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Husband, father, grandfather, friend...a few of the roles acquired in 62 years of living.  I keep an upbeat attitude, loving humor and the singular freedom of a perfect laugh.  I don't let curmudgeons ruin my day; that only gives them power over me.  Having experienced death once, I no longer fear it, although I am still frightened by the process of dying.  I love to write because it allows me the freedom to vent those complex feelings that bounce restlessly off the walls of my mind; and express the beauty that can only be found within the human heart.

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Monday, May 30, 2016

Hiking: Part 42

If you can read a topographical map, this will give you a better appreciation for this trail.

Copyright © 2016
by Ralph F. Couey

In the 1930's, the Sierra Club came up with a way to rate the difficulty of hiking trails, which they named the Yosemite Decimal System, or YDS. It breaks down trails into 5 main categories. Class 1 is walking with a low chance of injury, hiking boots a good idea. Class 2 is described as simple scrambling, with occasional use of the hands. Potential danger is low and hiking boots highly recommended. Class 3 means scrambling with increased exposure. Handholds are necessary and Falls could easily be fatal. Class 4 rates out as a trail with simple climbing with exposure. A rope is often used. Natural protection can be easily found. Falls may well be fatal. Classes 5 and 6 are termed "technical", meaning the use of ropes and pitons. I mention this because all of the hikes that I've described in this blog have been Class 3 and below, mostly Class 2's to be honest. Most of the AT hikes I've done involve some steep hills, rocky sometimes unstable surfaces, which is challenge enough for me.

A couple of weeks ago, one of my wife's friends raved about a hike she and some friends had been on in White Oak Canyon in the Shenandoah National Park. She wanted us to take this hike, mainly because the trail follows a series of waterfalls cascading down the side of the ridge. Looking it up, I saw that White Oak Canyon was one of the most popular hikes, because of the waterfalls and the pools which are popular swimming holes. I also saw that this trail was combined with the Cedar Run Trail, making a roughly 8-mile loop. I also noticed some other things. It was a roughly 2,400 foot ascent in a little less than 3 miles, with Cedar Run on the backside owning a similar slope. Because of the steepness of the both trails, they are rated as a Class 4, a level which I had never attempted.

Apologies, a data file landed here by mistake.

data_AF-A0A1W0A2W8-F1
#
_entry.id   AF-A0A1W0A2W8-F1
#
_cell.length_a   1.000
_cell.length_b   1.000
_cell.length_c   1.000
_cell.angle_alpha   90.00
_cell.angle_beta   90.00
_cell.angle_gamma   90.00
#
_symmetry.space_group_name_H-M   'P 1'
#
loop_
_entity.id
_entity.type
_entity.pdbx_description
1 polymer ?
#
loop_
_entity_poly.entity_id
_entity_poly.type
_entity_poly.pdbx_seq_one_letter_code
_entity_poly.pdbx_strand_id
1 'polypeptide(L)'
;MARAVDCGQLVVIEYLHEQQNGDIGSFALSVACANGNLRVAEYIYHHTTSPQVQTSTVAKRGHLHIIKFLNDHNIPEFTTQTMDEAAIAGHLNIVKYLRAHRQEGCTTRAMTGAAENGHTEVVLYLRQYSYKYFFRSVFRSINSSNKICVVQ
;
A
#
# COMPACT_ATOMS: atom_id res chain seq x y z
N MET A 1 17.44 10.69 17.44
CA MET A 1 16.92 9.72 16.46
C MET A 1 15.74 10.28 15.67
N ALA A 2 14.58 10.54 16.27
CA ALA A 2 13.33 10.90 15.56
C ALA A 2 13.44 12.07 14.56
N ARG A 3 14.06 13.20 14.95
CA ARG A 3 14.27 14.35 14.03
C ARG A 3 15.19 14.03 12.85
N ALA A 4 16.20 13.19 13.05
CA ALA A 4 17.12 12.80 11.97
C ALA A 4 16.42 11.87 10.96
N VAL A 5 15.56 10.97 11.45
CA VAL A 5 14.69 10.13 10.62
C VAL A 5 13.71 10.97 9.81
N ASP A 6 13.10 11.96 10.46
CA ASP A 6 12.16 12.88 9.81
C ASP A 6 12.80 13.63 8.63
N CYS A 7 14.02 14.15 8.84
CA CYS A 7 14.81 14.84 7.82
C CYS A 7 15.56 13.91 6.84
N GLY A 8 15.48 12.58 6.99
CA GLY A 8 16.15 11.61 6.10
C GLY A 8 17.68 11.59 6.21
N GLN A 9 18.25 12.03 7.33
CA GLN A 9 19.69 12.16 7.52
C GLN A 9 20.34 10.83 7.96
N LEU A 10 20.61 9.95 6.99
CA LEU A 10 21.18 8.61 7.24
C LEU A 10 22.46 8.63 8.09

But she really wanted to see the waterfalls, so with a great deal of what turned out to be misplaced confidence, we made the 90-minute drive out to the Cedar Run trail head, off Weakley Hollow Road.

We arrived fairly early, around 8:30 a.m. We geared up, checked in at the Ranger hut, and hit the trail. The forecast was for a warm and humid day so we prepared ourselves, packing 5 liters of water with three extra 16-ounce bottles. After crossing the stream on a steel bridge, we wandered through the forest until the feeder trail intersected with the White Oak Canyon trail. Once the serious ascent started, the hiking became strenuous.


It was beautiful despite the effort.  The trail followed the stream, which was running at springtime volume, the sound filling the forest.  The trail was well-populated, being a holiday weekend, and it was plain that everyone was having a great time.  The WOC trail passes three sets of waterfalls, a lovely sight in the forest.
That lady in blue must have been a professional photo bomber.
She tried to get into every photo I took that day.

Yeah.  We were tired.

It was 2.5 miles and a 1,400 foot climb to the third waterfall, and we had to stop and rest.  Having five stents in my heart, I tend to pay close attention to the ticker.  After this difficult climb, I found I was feeling strange.  No chest pain, thankfully, but there was a sense that my heart was tired, in the same way our legs were tired after that steep climb.  We sat down at the main overlook, ostensibly to eat lunch. I, however had no appetite, an astonishing event for yours truly.  We sat there for a good 30 minutes until we had recovered.  I suggested that given our state at that moment that we perhaps should turn around and head back down.  Cheryl wanted to complete the loop, so we pressed on.